- The chronic effects of an extract of Bacopa monniera (Brahmi) on cognitive function in healthy human subjects
- Examining the potential clinical value of curcumin in the prevention and diagnosis of Alzheimer’s disease
- Investigation of the effects of solid lipid curcumin on cognition and mood in a healthy older population
- Curcumin and hesperidin improve cognition by suppressing mitochondrial dysfunction and apoptosis induced by D-galactose in rat brain.
- Effects of curcumin on learning and memory deficits, BDNF, and ERK protein expression in rats exposed to chronic unpredictable stress
- Curcumin Improves Amyloid β-Peptide (1-42) Induced Spatial Memory Deficits through BDNF-ERK Signaling Pathway
- Curcumin for neuropsychiatric disorders: a review of in vitro, animal and human studies
- Cognitive decline and Alzheimer’s disease by Oregon State
- Dual targeting agents for Aβ plaque/P-glycoprotein and Aβ plaque/nicotinic acetylcholine α4β2* receptors-potential approaches to facilitate Aβ plaque removal in Alzheimer’s disease brain
- Curcumin and curcumin-like molecules: from spice to drugs
- Omega-3 Fatty Acids in the Prevention of Cognitive Decline in Humans
- Plasma phosphatidylcholine docosahexaenoic acid content and risk of dementia and Alzheimer disease: the Framingham Heart Study
- Docosahexaenoic acid and adult memory: a systematic review and meta-analysis
- Red blood cell omega-3 fatty acid levels and markers of accelerated brain aging
- Docosahexaenoic Acid and Cognition throughout the Lifespan
- Beneficial effects of docosahexaenoic acid on cognition in age-related cognitive decline
- A review of the French maritime pine bark extract (Pycnogenol), a herbal medication with a diverse clinical pharmacology
- Improved cognitive performance after dietary supplementation with a Pinus radiata bark extract formulation
- Pycnogenol® improves cognitive function, attention, mental performance and specific professional skills in healthy professionals aged 35-55
- The COFU3 Study. Improvement in cognitive function, attention, mental performance with Pycnogenol® in healthy subjects (55-70) with high oxidative stress
- Supplementation with Pycnogenol® improves signs and symptoms of menopausal transition
- Pycnogenol® supplementation improves cognitive function, attention and mental performance in students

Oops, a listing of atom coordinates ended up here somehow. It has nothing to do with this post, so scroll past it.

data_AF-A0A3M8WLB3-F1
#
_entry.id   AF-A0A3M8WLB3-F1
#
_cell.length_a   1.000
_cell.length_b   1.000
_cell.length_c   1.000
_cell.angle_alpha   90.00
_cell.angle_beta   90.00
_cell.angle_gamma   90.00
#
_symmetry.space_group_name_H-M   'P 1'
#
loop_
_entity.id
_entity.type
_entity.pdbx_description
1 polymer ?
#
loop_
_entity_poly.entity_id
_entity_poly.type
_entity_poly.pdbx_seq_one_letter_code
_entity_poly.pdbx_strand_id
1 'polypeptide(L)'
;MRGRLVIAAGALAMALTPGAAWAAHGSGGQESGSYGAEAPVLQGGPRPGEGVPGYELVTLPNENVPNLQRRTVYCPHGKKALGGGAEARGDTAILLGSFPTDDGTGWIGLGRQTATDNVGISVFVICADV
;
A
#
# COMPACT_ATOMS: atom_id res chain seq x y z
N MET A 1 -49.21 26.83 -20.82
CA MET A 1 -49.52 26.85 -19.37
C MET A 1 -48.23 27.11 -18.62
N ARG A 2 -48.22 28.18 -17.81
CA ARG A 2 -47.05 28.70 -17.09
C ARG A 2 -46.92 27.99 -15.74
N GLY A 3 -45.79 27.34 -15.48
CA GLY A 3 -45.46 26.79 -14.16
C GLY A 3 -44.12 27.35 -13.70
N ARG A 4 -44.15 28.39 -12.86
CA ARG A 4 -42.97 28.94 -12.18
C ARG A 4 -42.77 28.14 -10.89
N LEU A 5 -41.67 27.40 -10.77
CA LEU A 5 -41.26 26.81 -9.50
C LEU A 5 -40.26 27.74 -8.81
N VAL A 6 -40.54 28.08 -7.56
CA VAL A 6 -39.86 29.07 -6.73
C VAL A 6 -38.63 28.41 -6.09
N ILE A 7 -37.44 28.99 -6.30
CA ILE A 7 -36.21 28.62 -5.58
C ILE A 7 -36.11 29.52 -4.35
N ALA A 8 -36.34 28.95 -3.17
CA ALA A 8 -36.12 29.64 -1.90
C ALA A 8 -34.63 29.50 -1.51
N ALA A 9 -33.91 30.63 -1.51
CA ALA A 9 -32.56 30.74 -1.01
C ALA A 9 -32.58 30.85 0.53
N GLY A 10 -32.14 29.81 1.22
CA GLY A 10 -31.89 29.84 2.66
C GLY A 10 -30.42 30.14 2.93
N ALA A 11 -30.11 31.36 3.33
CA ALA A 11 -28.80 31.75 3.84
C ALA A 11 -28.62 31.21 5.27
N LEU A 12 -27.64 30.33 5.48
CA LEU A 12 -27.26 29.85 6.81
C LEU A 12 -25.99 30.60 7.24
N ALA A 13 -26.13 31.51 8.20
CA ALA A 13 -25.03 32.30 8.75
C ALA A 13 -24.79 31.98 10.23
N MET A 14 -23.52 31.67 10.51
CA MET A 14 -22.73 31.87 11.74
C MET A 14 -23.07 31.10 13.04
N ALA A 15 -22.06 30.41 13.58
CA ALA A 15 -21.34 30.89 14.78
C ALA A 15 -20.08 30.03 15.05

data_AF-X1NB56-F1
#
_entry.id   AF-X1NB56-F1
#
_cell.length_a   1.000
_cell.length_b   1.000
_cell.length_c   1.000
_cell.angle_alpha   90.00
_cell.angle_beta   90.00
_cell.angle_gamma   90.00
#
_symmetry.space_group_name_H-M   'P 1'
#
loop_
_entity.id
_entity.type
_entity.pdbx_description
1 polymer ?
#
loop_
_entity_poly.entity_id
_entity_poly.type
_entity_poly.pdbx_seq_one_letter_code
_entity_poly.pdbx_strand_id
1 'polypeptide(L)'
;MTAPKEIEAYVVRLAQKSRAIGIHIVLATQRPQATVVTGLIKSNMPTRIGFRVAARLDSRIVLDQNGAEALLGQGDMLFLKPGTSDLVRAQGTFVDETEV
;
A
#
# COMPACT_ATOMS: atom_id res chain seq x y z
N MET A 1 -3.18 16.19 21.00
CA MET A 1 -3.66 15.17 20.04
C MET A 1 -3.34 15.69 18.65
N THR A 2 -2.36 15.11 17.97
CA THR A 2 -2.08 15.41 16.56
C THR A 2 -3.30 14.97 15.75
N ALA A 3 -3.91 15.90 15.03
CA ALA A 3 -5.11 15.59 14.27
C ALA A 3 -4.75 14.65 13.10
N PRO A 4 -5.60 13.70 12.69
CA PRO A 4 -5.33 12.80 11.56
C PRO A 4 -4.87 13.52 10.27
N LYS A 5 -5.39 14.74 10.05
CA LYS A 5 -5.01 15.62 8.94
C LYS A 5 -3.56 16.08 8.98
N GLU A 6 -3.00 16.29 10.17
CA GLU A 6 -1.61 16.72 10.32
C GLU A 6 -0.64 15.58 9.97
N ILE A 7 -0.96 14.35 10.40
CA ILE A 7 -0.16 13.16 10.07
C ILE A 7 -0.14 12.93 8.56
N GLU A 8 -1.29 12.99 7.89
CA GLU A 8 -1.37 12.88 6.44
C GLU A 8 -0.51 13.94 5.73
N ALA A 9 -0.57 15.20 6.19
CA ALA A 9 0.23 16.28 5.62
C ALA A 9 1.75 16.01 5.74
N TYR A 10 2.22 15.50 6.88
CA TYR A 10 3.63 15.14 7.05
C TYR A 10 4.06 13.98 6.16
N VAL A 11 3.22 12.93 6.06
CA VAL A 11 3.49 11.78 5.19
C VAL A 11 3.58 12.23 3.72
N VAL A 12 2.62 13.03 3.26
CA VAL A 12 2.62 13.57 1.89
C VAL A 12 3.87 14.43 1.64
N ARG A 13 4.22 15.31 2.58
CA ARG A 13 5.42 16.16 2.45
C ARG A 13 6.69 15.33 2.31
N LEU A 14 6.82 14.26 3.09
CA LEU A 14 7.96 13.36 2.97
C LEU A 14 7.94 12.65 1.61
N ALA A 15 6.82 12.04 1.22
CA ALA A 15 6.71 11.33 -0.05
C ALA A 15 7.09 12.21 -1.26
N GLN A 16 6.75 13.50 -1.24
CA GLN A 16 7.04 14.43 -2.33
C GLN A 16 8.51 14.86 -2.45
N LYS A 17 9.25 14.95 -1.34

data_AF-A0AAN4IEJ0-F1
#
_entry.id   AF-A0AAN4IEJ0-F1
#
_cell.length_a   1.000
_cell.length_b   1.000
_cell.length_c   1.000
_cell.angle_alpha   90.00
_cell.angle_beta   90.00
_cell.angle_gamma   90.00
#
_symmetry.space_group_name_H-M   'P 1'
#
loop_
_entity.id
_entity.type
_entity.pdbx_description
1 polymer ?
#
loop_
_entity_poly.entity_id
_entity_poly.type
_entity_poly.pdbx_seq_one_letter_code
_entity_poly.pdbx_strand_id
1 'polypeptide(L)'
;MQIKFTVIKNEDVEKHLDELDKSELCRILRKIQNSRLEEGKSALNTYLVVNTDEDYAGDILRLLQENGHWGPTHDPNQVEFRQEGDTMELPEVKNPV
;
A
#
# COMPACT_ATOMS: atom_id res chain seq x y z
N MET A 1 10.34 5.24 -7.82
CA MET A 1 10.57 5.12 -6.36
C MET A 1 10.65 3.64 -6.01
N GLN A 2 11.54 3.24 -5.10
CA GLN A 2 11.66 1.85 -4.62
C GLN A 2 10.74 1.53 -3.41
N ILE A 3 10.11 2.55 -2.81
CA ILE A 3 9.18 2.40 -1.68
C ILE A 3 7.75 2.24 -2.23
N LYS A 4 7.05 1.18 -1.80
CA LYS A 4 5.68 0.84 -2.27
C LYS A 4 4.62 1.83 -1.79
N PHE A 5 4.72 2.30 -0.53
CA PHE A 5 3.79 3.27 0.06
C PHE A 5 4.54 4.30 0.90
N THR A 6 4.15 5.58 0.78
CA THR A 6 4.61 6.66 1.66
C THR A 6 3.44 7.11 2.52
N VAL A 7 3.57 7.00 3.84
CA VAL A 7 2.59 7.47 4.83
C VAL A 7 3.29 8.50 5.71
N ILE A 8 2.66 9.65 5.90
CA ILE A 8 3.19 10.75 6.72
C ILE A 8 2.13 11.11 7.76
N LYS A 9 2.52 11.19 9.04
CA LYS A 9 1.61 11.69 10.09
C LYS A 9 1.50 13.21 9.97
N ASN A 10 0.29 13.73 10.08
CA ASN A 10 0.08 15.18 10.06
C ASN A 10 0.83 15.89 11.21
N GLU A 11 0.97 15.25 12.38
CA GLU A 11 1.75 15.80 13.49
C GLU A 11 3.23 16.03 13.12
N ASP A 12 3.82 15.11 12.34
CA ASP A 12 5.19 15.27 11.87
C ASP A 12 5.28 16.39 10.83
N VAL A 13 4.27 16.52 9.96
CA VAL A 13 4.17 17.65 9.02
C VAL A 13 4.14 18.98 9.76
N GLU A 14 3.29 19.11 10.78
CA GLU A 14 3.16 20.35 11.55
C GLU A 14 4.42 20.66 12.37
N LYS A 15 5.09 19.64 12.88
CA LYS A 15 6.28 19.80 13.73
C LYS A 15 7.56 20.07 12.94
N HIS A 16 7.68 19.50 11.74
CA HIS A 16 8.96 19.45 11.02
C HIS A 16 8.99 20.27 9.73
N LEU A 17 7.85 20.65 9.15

- Cognitive assessment of pycnogenol therapy following traumatic brain injury
- Benefits of Lion’s Mane Mushroom
- Neurotrophic properties of the Lion’s mane medicinal mushroom, Hericium erinaceus (Higher Basidiomycetes) from Malaysia
- Improving effects of the mushroom Yamabushitake (Hericium erinaceus) on mild cognitive impairment: a double-blind placebo-controlled clinical trial
- Neurological Activity of Lion’s Mane (Hericium erinaceus)
- Protective Effect of Ethanol Extracts of Hericium erinaceus on Alloxan-Induced Diabetic Neuropathic Pain in Rats
- Neuroregenerative Potential of Lion’s Mane Mushroom, Hericium erinaceus (Bull.: Fr.) Pers. (Higher Basidiomycetes), in the Treatment of Peripheral Nerve Injury (Review)
- Hypolipidaemic Effect of Hericium erinaceum Grown in Artemisia capillaris on Obese Rats
- Hericium erinaceus suppresses LPS-induced pro-inflammation gene activation in RAW264.7 macrophages
- Green tea effects on cognition, mood and human brain function: A systematic review
- l-Theanine and caffeine improve target-specific attention to visual stimuli by decreasing mind wandering: a human functional magnetic resonance imaging study
- Cognitive and Mood Effects of a Nutrient Enriched Breakfast Bar in Healthy Adults: A Randomised, Double-Blind, Placebo-Controlled, Parallel Groups Study
- L-theanine prevent quinolinic acid induced motor deficit and striatal neurotoxicity: Reduction in oxido-nitrosative stress and restoration of striatal neurotransmitters level